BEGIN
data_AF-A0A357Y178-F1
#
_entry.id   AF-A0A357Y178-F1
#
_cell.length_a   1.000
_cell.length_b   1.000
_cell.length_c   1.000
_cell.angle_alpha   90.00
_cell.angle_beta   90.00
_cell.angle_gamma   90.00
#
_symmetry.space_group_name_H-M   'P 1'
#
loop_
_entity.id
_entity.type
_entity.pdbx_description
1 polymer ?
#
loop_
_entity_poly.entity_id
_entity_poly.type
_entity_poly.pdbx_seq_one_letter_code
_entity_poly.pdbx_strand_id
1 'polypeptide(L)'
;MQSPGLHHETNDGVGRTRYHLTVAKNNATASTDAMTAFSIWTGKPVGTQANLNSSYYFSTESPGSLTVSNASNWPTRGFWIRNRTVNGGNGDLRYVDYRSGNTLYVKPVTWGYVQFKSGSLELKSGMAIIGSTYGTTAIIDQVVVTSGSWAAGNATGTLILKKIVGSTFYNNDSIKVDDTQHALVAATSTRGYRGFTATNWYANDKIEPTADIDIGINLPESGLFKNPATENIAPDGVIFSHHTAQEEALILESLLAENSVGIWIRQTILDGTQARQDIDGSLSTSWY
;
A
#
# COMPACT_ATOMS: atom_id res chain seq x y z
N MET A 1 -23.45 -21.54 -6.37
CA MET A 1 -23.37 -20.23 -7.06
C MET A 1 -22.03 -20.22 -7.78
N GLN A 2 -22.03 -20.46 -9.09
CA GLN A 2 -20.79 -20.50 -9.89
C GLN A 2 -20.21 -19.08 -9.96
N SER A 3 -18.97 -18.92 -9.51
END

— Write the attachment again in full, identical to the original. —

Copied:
data_AF-A0A357Y178-F1
#
_entry.id   AF-A0A357Y178-F1
#
_cell.length_a   1.000
_cell.length_b   1.000
_cell.length_c   1.000
_cell.angle_alpha   90.00
_cell.angle_beta   90.00
_cell.angle_gamma   90.00
#
_symmetry.space_group_name_H-M   'P 1'
#
loop_
_entity.id
_entity.type
_entity.pdbx_description
1 polymer ?
#
loop_
_entity_poly.entity_id
_entity_poly.type
_entity_poly.pdbx_seq_one_letter_code
_entity_poly.pdbx_strand_id
1 'polypeptide(L)'
;MQSPGLHHETNDGVGRTRYHLTVAKNNATASTDAMTAFSIWTGKPVGTQANLNSSYYFSTESPGSLTVSNASNWPTRGFWIRNRTVNGGNGDLRYVDYRSGNTLYVKPVTWGYVQFKSGSLELKSGMAIIGSTYGTTAIIDQVVVTSGSWAAGNATGTLILKKIVGSTFYNNDSIKVDDTQHALVAATSTRGYRGFTATNWYANDKIEPTADIDIGINLPESGLFKNPATENIAPDGVIFSHHTAQEEALILESLLAENSVGIWIRQTILDGTQARQDIDGSLSTSWY
;
A
#
# COMPACT_ATOMS: atom_id res chain seq x y z
N MET A 1 -23.45 -21.54 -6.37
CA MET A 1 -23.37 -20.23 -7.06
C MET A 1 -22.03 -20.22 -7.78
N GLN A 2 -22.03 -20.46 -9.09
CA GLN A 2 -20.79 -20.50 -9.89
C GLN A 2 -20.21 -19.08 -9.96
N SER A 3 -18.97 -18.92 -9.51